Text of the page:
How Do You Determine What Size Generator You Need?

If you’ve been paying attention to the news, you’ve probably heard about the massive Texas power outages recently. While the U.S. Energy Information Administration says that most Americans only lose power for two to three hours once or twice per year, extreme weather events and natural disasters can leave people without power for days. Frozen (and subsequently burst) pipes, spoiled food, mold and floods are all likely to happen if you’re left without power for days at a time, but a generator can help avoid these issues. Here’s how to figure out which size generator you need in the 53212 area.

Rule of thumb

Generally, you should buy the smallest size generator you might need. That way, you don’t need to keep an excessive amount of fuel on hand in case the power goes out. However, “the smallest size you need” will vary drastically between homes.

The best way to figure out how big of a generator you’ll need is to figure out how much wattage your major and essential appliances require—and keep in mind that some of them, like a refrigerator, will “surge” when they kick on.

How often will you use your generator?

Which size generator you need depends largely on the rate at which you experience power outages in your area:

  • Homes that rarely lose power: If you rarely lose power—just a few hours a couple times per year—you can get away with a much smaller generator. These will have enough juice to power a fridge and freezer and a small window unit air conditioner or space heater. Look for recreational generators or midsize inverters.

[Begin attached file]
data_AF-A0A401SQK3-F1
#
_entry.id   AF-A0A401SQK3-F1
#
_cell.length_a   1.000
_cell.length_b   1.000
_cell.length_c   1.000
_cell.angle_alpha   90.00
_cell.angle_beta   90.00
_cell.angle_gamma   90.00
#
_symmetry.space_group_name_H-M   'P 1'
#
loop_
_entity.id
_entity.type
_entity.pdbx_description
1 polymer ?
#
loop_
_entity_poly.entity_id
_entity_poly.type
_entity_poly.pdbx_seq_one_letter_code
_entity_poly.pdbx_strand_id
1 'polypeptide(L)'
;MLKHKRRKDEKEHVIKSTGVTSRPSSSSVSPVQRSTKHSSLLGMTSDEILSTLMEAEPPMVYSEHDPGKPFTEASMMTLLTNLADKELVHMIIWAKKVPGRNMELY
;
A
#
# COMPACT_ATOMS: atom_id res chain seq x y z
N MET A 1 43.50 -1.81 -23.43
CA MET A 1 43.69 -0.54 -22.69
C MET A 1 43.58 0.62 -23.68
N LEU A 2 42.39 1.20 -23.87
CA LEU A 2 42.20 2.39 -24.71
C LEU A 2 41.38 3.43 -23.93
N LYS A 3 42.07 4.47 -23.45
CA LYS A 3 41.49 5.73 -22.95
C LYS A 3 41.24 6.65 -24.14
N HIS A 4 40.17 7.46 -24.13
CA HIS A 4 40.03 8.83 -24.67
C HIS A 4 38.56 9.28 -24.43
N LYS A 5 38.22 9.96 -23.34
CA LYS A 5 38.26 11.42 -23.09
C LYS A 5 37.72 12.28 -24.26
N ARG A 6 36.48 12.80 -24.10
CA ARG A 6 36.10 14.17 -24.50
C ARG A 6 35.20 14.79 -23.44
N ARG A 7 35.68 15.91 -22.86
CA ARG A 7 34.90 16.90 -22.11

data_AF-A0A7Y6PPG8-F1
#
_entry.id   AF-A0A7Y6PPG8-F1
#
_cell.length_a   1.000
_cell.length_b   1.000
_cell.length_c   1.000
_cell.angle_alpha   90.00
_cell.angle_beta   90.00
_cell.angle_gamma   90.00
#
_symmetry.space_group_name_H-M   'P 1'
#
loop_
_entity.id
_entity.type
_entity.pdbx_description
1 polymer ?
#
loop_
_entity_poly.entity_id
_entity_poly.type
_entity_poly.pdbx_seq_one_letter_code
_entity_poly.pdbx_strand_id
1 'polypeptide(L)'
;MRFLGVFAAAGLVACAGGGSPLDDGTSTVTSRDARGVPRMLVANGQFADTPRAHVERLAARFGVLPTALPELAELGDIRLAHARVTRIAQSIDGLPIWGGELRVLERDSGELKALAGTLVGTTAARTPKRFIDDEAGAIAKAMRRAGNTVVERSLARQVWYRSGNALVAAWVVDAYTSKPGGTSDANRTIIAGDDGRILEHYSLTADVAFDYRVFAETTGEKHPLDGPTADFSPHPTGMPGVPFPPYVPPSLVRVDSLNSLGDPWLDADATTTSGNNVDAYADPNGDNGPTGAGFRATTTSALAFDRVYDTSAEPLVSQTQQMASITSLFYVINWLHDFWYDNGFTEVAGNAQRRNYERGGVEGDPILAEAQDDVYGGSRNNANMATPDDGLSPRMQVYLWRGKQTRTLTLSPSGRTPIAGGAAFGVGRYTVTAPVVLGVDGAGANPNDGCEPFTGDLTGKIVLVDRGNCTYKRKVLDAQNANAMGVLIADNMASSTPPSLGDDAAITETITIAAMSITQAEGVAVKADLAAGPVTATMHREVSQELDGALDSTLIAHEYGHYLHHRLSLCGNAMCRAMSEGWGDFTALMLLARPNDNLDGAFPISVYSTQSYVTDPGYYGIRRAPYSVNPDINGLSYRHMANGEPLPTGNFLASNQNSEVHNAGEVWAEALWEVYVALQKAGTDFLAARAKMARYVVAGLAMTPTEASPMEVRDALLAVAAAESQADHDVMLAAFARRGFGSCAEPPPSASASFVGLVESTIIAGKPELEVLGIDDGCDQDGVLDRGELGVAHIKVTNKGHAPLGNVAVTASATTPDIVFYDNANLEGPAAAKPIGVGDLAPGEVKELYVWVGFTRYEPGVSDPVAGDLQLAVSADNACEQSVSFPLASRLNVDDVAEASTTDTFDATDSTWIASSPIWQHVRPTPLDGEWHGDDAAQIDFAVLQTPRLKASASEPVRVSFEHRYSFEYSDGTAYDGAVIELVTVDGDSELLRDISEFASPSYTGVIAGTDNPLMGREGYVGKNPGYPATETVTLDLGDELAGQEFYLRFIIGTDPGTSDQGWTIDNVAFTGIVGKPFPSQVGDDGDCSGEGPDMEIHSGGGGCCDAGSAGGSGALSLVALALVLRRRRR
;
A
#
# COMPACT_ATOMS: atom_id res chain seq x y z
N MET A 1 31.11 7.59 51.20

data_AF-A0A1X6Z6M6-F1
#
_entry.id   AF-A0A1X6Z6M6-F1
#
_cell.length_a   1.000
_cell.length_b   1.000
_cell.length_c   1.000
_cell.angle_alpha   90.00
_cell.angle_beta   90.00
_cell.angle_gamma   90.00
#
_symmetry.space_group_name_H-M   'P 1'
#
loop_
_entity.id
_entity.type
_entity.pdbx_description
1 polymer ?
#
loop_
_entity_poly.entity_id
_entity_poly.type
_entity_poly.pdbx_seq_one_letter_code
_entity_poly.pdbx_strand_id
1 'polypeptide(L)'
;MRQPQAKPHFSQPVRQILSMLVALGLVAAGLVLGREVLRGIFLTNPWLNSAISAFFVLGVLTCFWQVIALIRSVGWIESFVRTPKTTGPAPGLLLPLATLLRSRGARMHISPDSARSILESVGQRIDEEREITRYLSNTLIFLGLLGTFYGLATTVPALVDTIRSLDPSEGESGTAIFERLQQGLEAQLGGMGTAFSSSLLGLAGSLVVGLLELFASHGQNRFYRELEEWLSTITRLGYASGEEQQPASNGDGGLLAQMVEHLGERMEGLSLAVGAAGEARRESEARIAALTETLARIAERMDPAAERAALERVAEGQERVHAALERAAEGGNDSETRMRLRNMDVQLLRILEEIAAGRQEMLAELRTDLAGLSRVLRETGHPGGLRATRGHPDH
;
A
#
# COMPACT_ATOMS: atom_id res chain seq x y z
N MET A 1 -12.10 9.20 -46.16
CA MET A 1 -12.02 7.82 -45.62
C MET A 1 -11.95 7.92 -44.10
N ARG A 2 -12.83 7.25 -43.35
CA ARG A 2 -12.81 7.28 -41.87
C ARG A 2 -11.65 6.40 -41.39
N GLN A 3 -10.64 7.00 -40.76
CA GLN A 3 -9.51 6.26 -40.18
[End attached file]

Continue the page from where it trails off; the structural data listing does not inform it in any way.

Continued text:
• Homes that occasionally lose power: If you have occasional outages, which are sometimes a day or longer, getting a portable generator or a large inverter is your best bet. You’ll be able to power your most essential appliances without spending thousands of dollars on a more powerful generator. Stationary generators can cost upwards of $10,000 to purchase and install, so these options will help you get through the outages without spending a lot of extra money.
  • Homes that frequently lose power: If you have frequent, prolonged outages (most common in areas where there is extreme weather or frequent natural disasters, like hurricanes), get a large inverter, home standby or portable generator. These produce enough power to fuel your entire household, and can be connected to your circuit breaker to power things like well pumps, air conditioners, heaters and more.

As you can see, it’s more practical to get a smaller generator if you won’t use it often—your goal should be to keep your food from spoiling and to keep the climate as comfortable as possible. If it’s only for a day, your power needs will be significantly less than someone who sustains long, frequent outages. Those households have much greater power needs, especially if they depend on electricity for running water.

When you’re looking for a generator near me in Milwaukee, WI, Wenniger Compressor Co. can help. Call us today to learn more about our selection and which type you should choose.

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